As originally conceived, FOIA was a tool to create greater transparency in government so that the public could effectively participate in the democratic process. Similarly, the activists who first proposed the CCPA reportedly viewed increased transparency as a first step toward reining in the personal data economy.

Alpert argues that outcome is unlikely. The CCPA explicitly contemplates individual requests. As FOIA’s history shows, a pool of requesters advocating their own interests is more likely to lead to delayed responses, not regulatory intervention. Moreover, many people are unequipped to sort through data dumps and extract the type of information that might encourage collective action, Alpert claims.

The CCPA’s data-access provision tries to address digital privacy problems on an individual basis, but it does little to discourage people from trading their data to join a social media platform or download a free game. It also obscures the harm posed by data aggregation.

When examined collectively, the data people shed may expose more about their lives than they know or intend. For example, cell phones track their owners’ locations in real-time, and people’s social media accounts reveal who their friends are. Used together, this information offers clues about their friends’ whereabouts and social habits.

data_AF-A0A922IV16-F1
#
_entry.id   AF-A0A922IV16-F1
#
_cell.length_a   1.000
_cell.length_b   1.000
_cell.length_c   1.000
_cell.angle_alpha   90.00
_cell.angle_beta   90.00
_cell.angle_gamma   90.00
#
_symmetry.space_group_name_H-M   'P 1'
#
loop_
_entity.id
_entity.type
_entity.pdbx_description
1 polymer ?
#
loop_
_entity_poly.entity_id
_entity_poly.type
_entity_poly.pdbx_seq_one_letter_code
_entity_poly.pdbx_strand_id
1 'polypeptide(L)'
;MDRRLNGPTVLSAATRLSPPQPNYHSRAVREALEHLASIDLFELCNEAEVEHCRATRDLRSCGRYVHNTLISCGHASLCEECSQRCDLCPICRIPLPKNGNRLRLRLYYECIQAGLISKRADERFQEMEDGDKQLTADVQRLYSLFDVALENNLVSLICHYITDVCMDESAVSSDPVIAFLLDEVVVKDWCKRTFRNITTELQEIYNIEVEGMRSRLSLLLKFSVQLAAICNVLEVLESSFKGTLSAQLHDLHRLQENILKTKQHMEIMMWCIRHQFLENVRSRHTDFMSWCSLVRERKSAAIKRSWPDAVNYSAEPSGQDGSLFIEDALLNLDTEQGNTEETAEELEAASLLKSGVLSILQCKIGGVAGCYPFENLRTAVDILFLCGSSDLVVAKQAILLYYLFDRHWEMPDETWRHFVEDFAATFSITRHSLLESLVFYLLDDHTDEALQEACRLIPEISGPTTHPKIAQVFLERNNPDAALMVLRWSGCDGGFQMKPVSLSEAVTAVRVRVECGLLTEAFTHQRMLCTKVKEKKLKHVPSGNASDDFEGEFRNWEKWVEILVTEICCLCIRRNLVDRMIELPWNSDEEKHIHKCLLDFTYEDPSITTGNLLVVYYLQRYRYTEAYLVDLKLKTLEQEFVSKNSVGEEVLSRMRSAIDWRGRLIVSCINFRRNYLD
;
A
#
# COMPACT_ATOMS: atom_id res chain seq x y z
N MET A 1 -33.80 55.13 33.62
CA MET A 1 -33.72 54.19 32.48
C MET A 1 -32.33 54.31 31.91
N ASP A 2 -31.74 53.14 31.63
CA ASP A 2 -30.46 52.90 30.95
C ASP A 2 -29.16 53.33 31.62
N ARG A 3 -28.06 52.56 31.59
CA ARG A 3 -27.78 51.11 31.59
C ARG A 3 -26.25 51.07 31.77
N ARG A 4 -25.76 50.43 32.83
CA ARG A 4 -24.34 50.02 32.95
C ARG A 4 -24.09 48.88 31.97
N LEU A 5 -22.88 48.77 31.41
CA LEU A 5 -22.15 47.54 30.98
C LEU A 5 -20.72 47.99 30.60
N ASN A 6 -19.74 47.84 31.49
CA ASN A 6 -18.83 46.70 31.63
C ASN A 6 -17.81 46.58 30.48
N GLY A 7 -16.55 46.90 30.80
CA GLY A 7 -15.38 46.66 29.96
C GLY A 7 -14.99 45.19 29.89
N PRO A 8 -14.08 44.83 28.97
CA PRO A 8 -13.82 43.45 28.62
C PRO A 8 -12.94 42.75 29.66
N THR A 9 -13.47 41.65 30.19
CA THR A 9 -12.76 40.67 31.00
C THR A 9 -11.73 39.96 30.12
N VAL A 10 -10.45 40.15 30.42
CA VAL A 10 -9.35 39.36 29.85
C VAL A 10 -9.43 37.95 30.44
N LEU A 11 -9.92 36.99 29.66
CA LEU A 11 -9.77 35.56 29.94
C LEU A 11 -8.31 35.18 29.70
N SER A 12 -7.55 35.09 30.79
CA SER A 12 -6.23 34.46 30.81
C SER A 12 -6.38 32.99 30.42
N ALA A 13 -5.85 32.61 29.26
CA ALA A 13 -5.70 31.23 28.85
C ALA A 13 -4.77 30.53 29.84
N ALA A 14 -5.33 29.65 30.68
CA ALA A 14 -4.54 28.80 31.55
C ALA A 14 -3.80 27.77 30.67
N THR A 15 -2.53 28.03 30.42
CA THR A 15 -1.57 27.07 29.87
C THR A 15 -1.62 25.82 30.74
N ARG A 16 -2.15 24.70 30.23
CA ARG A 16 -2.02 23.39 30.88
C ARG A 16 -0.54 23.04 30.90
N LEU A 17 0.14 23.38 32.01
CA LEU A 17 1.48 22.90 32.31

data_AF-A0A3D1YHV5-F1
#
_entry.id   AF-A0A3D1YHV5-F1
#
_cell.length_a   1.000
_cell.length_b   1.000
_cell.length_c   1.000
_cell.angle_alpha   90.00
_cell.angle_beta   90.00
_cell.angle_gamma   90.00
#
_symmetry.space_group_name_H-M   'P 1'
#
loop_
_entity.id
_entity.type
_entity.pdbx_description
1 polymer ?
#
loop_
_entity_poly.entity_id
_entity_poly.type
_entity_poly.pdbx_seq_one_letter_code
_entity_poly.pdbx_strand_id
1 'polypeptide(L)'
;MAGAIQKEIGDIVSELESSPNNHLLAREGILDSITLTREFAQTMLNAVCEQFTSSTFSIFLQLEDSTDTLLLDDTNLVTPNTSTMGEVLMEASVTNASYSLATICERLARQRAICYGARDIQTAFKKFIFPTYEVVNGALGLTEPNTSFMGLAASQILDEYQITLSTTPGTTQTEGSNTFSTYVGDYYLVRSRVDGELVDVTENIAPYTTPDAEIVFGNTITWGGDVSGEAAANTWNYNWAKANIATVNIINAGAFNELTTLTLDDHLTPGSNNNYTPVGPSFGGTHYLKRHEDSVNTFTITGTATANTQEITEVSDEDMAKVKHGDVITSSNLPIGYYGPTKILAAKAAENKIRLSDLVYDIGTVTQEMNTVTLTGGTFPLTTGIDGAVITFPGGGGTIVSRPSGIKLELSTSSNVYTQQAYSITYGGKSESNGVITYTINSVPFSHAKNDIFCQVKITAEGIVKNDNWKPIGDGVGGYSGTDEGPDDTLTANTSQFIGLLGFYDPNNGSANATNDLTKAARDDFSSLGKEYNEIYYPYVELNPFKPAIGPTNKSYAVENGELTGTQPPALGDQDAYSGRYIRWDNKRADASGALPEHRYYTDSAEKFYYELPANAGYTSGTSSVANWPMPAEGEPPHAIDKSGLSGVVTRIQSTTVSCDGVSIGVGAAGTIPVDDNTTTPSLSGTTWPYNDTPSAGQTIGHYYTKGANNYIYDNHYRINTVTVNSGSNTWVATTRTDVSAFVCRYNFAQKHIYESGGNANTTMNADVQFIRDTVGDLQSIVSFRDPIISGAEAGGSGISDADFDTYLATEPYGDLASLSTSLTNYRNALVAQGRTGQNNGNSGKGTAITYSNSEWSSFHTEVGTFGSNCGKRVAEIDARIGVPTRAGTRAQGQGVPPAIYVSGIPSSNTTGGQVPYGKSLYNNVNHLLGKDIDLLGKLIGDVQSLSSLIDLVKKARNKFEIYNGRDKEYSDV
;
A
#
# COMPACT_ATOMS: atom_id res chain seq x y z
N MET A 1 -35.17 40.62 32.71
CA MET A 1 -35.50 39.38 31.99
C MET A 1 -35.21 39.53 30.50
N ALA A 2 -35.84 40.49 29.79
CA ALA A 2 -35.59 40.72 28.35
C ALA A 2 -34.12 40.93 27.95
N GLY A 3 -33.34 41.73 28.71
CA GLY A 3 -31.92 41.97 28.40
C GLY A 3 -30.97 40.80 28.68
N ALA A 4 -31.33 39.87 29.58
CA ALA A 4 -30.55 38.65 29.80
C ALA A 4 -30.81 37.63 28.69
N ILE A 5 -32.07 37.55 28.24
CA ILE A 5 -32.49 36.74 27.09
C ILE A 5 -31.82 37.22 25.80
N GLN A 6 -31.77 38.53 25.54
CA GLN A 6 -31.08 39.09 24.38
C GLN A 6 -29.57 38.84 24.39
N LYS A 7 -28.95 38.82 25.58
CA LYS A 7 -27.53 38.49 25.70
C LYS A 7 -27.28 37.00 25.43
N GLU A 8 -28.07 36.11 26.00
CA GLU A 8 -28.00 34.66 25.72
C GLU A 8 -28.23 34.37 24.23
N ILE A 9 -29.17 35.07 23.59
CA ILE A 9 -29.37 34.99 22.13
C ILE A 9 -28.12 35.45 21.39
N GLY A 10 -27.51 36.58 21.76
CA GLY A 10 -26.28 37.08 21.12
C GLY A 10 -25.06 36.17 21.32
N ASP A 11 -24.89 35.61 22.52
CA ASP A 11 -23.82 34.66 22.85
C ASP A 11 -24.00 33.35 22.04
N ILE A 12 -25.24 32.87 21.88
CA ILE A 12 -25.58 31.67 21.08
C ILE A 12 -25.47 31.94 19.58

Aside from privacy concerns, mass data collection could help to exacerbate systemic inequality. When companies aggregate data from an entire community or demographic group, they can create algorithms to determine a person’s creditworthiness based on their social networks or identify low-income consumers to target with predatory marketing campaigns.

As an alternative to the request-and-respond model, Alpert considers an affirmative disclosure regime that would require entities to publish the type of data they have about a particular consumer, why and when they collected the data, and with whom they shared it. He argues, however, that an affirmative disclosure regime would be subject to the same pitfalls that plague the request-and-respond approach: Requesters would not know how to parse their data nor what to do with all of their information. In addition, affirmative disclosure would risk treating transparency as an “end in itself.”

Instead, Alpert suggests that imposing a tax “at the point of data collection” may be the most “fruitful solution.” Such a tax would serve to internalize the negative consequences of data mining that society otherwise bears. He reasons that if companies had to pay to continue mining, bundling, and reselling consumer data, they would more carefully consider how, when, and why they collect data. Alternatively, if the tax were passed onto consumers, companies would need to convince them that data collection is in their best interest to avoid losing them to competing companies that do not collect data.

Alpert concludes that over time, this tax regime would decrease data mining and encourage more thoughtful collection practices, as the CCPA’s backers imagined.